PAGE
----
whose mother had to be killed to save his father’s life. The
story highlights values such as compassion and justice, care
and concern for human and animal life.
Spend some time on a discussion about ‘home remedies’ for
commonplace health problems/ailments. Should we see a
doctor about every little thing, or should we talk to the
grandmother first?
The growing concern about preservation of environment and
protection of animal life has gone a long way in persuading schools
to refrain from dissecting animals for experiment. Elicit children’s
comments on the issue and on the law that punishes humans
for hurting animals.
Activity 1 under working with language is about reporting
questions – yes/no and wh-questions. The use of ‘if/whether’
in the case of yes/no type questions should be explicitly
explained. Devise separate exercises for teaching the use of
‘if/whether’, the appropriate reporting verb, the changes in
pronominals in the reported speech and the sequence of tenses.
Here is a simple exercise to exemplify some of these points.
Choose the correct word to complete statements in indirect speech
given below . Write words in the blanks given.
(a) “Where do you come from?”
I ___________(said/asked) him where ______________ (he/
you) come from.
(b) “What is your name?”
He asked me what ____________ (my/his) name. (is/was)
(c) “Are you happy?”
I asked him ______________ (if/whether) he _____________
(is/was) happy.
(d) “Do you live here?”
He asked me ___________ (whether/if) I ____________ (live/
lived) ___________ (here/there).
(e) “Why are you crying?”
The teacher asked the child ______________ (if/why) she
_____ (is/was/were) crying.
2019-2020
Page 5


UNITS 4-7
 Bepin Choudhury’s Lapse of Memory
A Satyajit Ray story with a surprise ending that brings in its wake
the much needed psychological relief to the sophisticated executive
beleagured by a conspiracy, which is a humorous take after all.
Before asking children to read the text, tell the story part by part,
each part ending where the listener wonders what comes next.
Activity 3 under working with language is about two tense
forms — simple past and present perfect. Notice how both
have been used in conjunction with each other . The following
explanatory notes may be useful.
• The present perfect tense is used to refer to an action
initiated and completed in the past and is associated with
the present. It has its effect on the present situation.
I have seen the Taj. (I know what it looks like.)
He has arrived. (He is here.)
I have finished my work. (I am free now.)
Present perfect tense is usual with already , so far,not yet, ever ,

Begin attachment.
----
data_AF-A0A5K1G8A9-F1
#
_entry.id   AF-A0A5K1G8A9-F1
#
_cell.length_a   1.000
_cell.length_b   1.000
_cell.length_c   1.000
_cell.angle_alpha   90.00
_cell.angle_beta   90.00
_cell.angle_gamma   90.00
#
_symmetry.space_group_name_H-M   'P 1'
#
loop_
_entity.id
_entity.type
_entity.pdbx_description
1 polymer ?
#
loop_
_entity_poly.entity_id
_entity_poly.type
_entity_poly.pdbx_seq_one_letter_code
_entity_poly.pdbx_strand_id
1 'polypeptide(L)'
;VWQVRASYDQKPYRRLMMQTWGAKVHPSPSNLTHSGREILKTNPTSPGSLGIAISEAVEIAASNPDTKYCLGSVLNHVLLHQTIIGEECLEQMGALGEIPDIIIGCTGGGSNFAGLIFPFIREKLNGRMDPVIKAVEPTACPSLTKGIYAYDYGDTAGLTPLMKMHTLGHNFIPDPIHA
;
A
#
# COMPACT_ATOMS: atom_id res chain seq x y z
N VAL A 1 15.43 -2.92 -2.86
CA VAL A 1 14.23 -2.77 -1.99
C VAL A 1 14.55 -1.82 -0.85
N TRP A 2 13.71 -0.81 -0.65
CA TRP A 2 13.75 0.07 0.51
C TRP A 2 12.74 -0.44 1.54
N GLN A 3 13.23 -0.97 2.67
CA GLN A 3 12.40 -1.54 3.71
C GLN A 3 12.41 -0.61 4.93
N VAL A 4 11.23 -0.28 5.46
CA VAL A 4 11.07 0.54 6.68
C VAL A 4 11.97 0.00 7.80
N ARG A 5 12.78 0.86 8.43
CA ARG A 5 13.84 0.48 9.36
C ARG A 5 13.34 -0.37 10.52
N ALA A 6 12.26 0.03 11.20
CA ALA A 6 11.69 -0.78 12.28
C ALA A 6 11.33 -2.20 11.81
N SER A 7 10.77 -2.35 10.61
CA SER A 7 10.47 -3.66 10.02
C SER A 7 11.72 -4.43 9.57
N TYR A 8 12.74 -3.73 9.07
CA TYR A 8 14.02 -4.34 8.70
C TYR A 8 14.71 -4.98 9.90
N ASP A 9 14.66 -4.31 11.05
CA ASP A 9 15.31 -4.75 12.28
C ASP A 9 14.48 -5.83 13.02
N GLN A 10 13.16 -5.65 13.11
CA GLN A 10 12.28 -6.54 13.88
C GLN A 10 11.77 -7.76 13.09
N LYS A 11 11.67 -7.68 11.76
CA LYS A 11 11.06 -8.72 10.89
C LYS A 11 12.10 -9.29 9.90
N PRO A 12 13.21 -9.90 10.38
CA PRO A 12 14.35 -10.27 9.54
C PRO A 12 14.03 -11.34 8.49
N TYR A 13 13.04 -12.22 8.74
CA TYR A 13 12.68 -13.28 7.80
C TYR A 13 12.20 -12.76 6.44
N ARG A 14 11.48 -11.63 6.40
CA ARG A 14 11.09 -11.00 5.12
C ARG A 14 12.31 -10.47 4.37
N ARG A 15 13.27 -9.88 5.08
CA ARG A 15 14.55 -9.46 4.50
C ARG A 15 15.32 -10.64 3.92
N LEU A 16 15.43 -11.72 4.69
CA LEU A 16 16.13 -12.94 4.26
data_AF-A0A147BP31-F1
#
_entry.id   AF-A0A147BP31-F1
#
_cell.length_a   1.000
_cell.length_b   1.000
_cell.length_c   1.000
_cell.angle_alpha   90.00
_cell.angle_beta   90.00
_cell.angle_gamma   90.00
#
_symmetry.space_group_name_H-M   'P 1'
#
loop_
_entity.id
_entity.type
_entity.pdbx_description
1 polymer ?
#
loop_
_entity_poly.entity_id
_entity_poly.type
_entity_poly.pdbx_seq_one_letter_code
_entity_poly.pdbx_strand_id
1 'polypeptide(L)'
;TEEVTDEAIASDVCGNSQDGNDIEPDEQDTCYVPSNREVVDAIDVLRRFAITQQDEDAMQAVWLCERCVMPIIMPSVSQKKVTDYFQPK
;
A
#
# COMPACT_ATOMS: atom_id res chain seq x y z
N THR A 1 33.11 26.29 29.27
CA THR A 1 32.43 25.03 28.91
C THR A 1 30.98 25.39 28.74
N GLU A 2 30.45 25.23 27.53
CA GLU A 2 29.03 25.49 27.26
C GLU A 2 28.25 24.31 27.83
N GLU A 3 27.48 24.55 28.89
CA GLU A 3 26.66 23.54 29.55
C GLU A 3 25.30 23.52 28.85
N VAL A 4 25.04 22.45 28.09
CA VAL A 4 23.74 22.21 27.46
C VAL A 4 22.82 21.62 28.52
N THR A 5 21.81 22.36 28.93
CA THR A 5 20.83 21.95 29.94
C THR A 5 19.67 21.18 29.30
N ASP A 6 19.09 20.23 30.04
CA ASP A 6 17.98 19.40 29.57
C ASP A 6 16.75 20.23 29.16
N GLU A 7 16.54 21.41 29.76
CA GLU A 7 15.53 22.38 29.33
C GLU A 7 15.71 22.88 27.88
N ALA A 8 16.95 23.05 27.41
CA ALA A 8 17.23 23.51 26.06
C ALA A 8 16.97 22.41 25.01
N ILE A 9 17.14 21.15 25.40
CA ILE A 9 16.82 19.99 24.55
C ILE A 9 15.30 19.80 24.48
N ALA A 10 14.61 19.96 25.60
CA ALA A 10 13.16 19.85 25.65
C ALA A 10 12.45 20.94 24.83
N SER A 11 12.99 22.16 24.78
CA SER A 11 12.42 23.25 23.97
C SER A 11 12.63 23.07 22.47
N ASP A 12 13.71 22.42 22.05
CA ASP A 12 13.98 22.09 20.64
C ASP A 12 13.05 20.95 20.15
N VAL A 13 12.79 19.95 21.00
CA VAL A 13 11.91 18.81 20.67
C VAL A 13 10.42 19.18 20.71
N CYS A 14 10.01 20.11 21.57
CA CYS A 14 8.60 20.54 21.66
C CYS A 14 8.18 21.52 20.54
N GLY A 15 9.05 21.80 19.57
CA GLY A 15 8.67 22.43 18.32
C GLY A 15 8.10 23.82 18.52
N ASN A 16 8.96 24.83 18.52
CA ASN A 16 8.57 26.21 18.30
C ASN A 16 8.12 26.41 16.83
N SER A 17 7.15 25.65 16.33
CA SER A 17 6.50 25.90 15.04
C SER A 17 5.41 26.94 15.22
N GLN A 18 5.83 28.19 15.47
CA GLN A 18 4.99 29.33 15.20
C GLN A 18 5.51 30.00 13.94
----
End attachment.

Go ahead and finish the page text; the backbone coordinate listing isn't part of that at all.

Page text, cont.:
never etc.
It is not used with ago, yesterday , last week/month/year , etc.
 The Last Bargain
Here is a method of teaching that may be tried.
(a) Let children read the first stanza silently.
Ask the following questions.
(i) How many persons/characters are there?
(ii) Who are they?
(iii) Who is big and who is small?
(iv) What does the person in the first line say?
(v) What does the other one in the fourth line say?
(vi) Do they stay together or part company? Why?
2019-2020
54 Honeydew
(b) Now reconstruct the episode. Begin like this.
I was walking on the road looking for work. I saw the king in
his chariot. He had a sword in his hand. He was very kind to
me. He shook my hand and offered to hire me. I did not
accept his offer . T o me, power is not a valuable thing. It is not
permanent. It won’t make me happy. I was looking for
something else as a reward for my work.
What is he looking for?
Let us read the next stanza.
(c) Do the other stanzas in the same way.
The clue to what the person is looking for lies in the last line.
The operative phrases are ‘the child’s play’ and ‘a free man’.
The child and her/his play is a metaphor for innocence and inward
happiness, which gives this person a sense of fulfilment and
freedom from stress and strife. He feels genuinely free and happy
in the company of the child.
Recite each stanza with feeling, pausing at the right places.
The method suggested may work better for a poem with a story.
 The Summit Within
Adventure and the world of nature – the arduous task of
reaching the highest summit in the world makes the climber
reflect on the ‘internal summits’ which are, perhaps, higher
than the Everest. The text underscores the physical, emotional
and spiritual aspects of the adventure in a single perspective.
Divide the text into three parts.  A convenient division is
suggested here.
‘...............that mountains are a means of communion with
God’. (end of Part-I)
‘It is emotional. It is spiritual’. (end of Part-II)
The remaining is Part-III.
Design while-reading comprehension questions for each part.
The multiple choice items are given at the end of the lesson. Y ou
may try the following as additional questions.
What is the author’s personal answer to the question as to
why people climb mountains?
How is the same question answered in Part-II in a different way?
2019-2020
Notes for the Teacher 55
Famous climbers have recorded how they needed just that